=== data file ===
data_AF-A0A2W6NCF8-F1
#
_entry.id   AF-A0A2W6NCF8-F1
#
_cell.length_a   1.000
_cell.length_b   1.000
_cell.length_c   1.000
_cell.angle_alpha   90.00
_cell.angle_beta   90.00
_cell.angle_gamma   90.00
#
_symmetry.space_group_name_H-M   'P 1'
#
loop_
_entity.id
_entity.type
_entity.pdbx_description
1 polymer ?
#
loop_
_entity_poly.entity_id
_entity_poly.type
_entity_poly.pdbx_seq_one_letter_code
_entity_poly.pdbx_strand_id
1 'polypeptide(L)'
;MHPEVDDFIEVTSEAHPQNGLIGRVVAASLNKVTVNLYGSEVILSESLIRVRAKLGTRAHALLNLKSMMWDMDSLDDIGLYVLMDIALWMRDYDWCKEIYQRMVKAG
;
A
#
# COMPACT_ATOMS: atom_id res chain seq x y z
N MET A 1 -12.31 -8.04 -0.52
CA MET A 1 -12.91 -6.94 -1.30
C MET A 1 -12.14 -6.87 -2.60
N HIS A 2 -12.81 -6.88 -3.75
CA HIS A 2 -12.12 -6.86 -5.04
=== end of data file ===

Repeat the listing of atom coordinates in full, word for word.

data_AF-A0A2W6NCF8-F1
#
_entry.id   AF-A0A2W6NCF8-F1
#
_cell.length_a   1.000
_cell.length_b   1.000
_cell.length_c   1.000
_cell.angle_alpha   90.00
_cell.angle_beta   90.00
_cell.angle_gamma   90.00
#
_symmetry.space_group_name_H-M   'P 1'
#
loop_
_entity.id
_entity.type
_entity.pdbx_description
1 polymer ?
#
loop_
_entity_poly.entity_id
_entity_poly.type
_entity_poly.pdbx_seq_one_letter_code
_entity_poly.pdbx_strand_id
1 'polypeptide(L)'
;MHPEVDDFIEVTSEAHPQNGLIGRVVAASLNKVTVNLYGSEVILSESLIRVRAKLGTRAHALLNLKSMMWDMDSLDDIGLYVLMDIALWMRDYDWCKEIYQRMVKAG
;
A
#
# COMPACT_ATOMS: atom_id res chain seq x y z
N MET A 1 -12.31 -8.04 -0.52
CA MET A 1 -12.91 -6.94 -1.30
C MET A 1 -12.14 -6.87 -2.60
N HIS A 2 -12.81 -6.88 -3.75
CA HIS A 2 -12.12 -6.86 -5.04